American and Pakistani forces both made mistakes that led to airstrikes against Pakistani posts on the Afghanistan border in November 2011, the New York Times is reporting. Twenty-six Pakistani Army soldiers were killed in the airstrikes, a Pentagon investigation has revealed. This is the first time America assumed some responsibility for the airstrikes, which further damaged the country’s relationship with Pakistan.
The investigation, which hasn’t yet been made public, concluded America’s airstrikes were an act of self-defense that was justified. Pakistani soldiers opened fire on Afghan and American special operations forces along the border first.
The Department of Defense released a statement, saying “U.S. forces, given what information they had available to them at the time, acted in self-defense and with appropriate force after being fired upon.” The investigation “also found that there was no intentional effort to target persons or places known to be part of the Pakistani military.”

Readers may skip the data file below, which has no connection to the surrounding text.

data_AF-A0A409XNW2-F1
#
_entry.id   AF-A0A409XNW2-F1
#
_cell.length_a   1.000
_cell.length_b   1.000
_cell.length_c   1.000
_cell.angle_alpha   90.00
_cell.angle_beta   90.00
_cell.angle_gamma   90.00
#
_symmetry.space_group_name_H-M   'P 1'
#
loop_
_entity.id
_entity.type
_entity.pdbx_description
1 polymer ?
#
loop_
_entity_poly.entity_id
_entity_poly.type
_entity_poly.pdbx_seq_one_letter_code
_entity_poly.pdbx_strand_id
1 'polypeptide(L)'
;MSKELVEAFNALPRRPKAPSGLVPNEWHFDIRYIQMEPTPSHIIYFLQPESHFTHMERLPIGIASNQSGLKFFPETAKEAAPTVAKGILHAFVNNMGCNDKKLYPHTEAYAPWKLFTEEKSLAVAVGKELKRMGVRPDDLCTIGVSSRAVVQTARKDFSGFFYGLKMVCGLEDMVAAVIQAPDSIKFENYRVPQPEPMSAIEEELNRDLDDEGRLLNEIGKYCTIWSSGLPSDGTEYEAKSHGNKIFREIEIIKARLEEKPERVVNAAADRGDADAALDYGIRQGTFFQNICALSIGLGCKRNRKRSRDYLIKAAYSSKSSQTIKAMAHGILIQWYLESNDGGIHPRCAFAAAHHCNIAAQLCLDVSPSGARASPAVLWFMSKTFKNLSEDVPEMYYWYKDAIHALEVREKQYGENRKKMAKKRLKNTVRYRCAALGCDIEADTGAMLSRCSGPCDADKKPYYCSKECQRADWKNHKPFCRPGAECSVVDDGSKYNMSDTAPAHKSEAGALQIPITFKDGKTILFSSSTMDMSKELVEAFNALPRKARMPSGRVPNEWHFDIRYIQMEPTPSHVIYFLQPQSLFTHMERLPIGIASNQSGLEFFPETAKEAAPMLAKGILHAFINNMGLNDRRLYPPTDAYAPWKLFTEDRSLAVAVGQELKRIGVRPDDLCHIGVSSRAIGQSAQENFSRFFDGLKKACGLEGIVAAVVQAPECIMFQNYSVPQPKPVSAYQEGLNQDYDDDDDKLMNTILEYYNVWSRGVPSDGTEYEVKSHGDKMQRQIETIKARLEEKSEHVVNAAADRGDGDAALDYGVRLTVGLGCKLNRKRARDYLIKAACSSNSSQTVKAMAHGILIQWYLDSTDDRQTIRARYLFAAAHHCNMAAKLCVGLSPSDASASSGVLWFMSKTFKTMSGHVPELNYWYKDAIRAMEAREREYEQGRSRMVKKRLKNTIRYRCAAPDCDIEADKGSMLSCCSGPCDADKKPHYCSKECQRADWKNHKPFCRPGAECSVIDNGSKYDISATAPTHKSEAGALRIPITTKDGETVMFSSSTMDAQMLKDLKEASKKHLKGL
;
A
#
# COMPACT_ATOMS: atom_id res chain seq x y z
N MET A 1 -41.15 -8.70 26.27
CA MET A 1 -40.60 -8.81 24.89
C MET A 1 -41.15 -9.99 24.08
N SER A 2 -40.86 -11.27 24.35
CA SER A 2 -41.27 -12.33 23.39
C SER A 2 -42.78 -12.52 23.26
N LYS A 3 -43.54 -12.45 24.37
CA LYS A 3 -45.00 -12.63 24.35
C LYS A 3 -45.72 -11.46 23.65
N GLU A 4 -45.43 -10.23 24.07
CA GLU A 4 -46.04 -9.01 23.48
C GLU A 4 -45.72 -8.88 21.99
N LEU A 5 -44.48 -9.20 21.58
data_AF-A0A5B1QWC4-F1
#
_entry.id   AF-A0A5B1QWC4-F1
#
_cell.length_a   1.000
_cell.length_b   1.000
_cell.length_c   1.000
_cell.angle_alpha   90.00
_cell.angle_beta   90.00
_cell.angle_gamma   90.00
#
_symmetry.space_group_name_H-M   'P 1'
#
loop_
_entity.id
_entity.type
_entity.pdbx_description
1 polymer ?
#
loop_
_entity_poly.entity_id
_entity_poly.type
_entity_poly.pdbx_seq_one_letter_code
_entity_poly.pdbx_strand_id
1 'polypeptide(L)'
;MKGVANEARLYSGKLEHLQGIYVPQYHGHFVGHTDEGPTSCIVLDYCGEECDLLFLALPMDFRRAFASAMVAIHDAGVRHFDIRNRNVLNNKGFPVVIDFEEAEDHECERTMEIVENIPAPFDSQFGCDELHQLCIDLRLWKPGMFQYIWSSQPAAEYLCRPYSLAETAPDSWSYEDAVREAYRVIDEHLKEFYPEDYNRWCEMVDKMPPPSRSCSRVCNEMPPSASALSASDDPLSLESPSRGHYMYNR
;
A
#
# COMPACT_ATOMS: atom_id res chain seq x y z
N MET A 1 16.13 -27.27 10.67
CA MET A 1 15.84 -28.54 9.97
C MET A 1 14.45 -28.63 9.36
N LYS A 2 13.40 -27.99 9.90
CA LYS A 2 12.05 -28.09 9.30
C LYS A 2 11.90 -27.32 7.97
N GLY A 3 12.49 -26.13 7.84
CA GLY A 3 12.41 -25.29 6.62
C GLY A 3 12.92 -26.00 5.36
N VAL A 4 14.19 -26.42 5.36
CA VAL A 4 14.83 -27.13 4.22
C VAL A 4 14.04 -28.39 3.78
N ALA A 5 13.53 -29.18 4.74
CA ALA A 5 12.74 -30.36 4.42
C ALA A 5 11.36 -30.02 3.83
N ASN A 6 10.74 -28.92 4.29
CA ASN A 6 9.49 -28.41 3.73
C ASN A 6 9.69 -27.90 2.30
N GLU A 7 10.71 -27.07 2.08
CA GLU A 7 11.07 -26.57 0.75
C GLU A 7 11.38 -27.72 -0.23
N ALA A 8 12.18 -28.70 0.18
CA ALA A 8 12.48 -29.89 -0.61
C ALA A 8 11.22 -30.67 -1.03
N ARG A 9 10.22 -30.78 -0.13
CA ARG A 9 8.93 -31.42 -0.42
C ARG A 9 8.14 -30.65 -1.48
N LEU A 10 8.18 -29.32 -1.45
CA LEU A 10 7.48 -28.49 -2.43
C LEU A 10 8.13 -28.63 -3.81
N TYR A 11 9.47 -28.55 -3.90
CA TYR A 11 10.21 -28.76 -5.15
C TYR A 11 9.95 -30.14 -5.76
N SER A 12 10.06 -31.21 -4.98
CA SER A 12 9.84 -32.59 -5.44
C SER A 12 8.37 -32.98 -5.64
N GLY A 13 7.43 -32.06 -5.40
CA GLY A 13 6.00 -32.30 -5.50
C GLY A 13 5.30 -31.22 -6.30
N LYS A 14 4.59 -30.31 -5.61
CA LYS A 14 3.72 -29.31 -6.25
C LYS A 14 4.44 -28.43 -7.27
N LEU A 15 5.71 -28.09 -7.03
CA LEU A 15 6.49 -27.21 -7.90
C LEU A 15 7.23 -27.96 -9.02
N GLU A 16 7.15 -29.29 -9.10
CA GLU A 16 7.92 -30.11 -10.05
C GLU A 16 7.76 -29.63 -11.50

However, Pakistan has insisted its forces didn’t do anything wrong, saying it didn’t fire the first shots. Senior Pakistani officials accused the U.S. of knowingly striking the border posts. They added they won’t accept anything but a complete apology from President Obama.
While the Defense Department statement didn’t include an official apology as Pakistan requested, it did say “For the loss of life-and for the lack of proper coordination between U.S. and Pakistani forces that contributed to those losses-we express our deepest regret. We further express sincere condolences to the Pakistani people, to the Pakistani government, and most importantly to the families of the Pakistani soldiers who were killed or wounded.”
Written by: Karen Benardello